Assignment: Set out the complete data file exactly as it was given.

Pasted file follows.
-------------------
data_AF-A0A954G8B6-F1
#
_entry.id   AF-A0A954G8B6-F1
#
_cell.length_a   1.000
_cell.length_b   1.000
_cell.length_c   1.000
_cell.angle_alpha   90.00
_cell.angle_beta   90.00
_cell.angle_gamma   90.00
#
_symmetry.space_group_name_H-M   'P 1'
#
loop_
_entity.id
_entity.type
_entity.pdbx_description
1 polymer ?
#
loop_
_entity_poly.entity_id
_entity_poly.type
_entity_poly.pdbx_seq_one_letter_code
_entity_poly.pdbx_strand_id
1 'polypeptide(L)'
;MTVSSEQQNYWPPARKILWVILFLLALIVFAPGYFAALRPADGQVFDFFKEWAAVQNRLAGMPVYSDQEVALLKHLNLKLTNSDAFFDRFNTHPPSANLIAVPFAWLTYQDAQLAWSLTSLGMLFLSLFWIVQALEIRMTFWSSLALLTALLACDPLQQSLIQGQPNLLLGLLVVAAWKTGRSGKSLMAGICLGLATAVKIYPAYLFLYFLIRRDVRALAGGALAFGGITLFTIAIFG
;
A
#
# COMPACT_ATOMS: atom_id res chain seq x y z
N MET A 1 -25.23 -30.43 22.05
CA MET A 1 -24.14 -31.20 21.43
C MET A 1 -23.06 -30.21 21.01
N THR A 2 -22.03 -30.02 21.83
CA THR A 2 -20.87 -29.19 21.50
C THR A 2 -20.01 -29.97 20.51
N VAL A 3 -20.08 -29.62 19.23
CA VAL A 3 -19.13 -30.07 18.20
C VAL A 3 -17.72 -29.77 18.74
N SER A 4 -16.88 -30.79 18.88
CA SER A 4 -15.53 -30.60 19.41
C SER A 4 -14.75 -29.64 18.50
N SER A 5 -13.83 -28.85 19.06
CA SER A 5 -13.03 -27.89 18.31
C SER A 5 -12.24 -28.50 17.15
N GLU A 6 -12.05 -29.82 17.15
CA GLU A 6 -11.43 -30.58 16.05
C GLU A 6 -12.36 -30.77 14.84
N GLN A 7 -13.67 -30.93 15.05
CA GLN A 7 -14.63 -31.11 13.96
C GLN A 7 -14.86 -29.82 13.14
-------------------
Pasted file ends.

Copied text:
data_AF-A0A954G8B6-F1
#
_entry.id   AF-A0A954G8B6-F1
#
_cell.length_a   1.000
_cell.length_b   1.000
_cell.length_c   1.000
_cell.angle_alpha   90.00
_cell.angle_beta   90.00
_cell.angle_gamma   90.00
#
_symmetry.space_group_name_H-M   'P 1'
#
loop_
_entity.id
_entity.type
_entity.pdbx_description
1 polymer ?
#
loop_
_entity_poly.entity_id
_entity_poly.type
_entity_poly.pdbx_seq_one_letter_code
_entity_poly.pdbx_strand_id
1 'polypeptide(L)'
;MTVSSEQQNYWPPARKILWVILFLLALIVFAPGYFAALRPADGQVFDFFKEWAAVQNRLAGMPVYSDQEVALLKHLNLKLTNSDAFFDRFNTHPPSANLIAVPFAWLTYQDAQLAWSLTSLGMLFLSLFWIVQALEIRMTFWSSLALLTALLACDPLQQSLIQGQPNLLLGLLVVAAWKTGRSGKSLMAGICLGLATAVKIYPAYLFLYFLIRRDVRALAGGALAFGGITLFTIAIFG
;
A
#
# COMPACT_ATOMS: atom_id res chain seq x y z
N MET A 1 -25.23 -30.43 22.05
CA MET A 1 -24.14 -31.20 21.43
C MET A 1 -23.06 -30.21 21.01
N THR A 2 -22.03 -30.02 21.83
CA THR A 2 -20.87 -29.19 21.50
C THR A 2 -20.01 -29.97 20.51
N VAL A 3 -20.08 -29.62 19.23
CA VAL A 3 -19.13 -30.07 18.20
C VAL A 3 -17.72 -29.77 18.74
N SER A 4 -16.88 -30.79 18.88
CA SER A 4 -15.53 -30.60 19.41
C SER A 4 -14.75 -29.64 18.50
N SER A 5 -13.83 -28.85 19.06
CA SER A 5 -13.03 -27.89 18.31
C SER A 5 -12.24 -28.50 17.15
N GLU A 6 -12.05 -29.82 17.15
CA GLU A 6 -11.43 -30.58 16.05
C GLU A 6 -12.36 -30.77 14.84
N GLN A 7 -13.67 -30.93 15.05
CA GLN A 7 -14.63 -31.11 13.96
C GLN A 7 -14.86 -29.82 13.14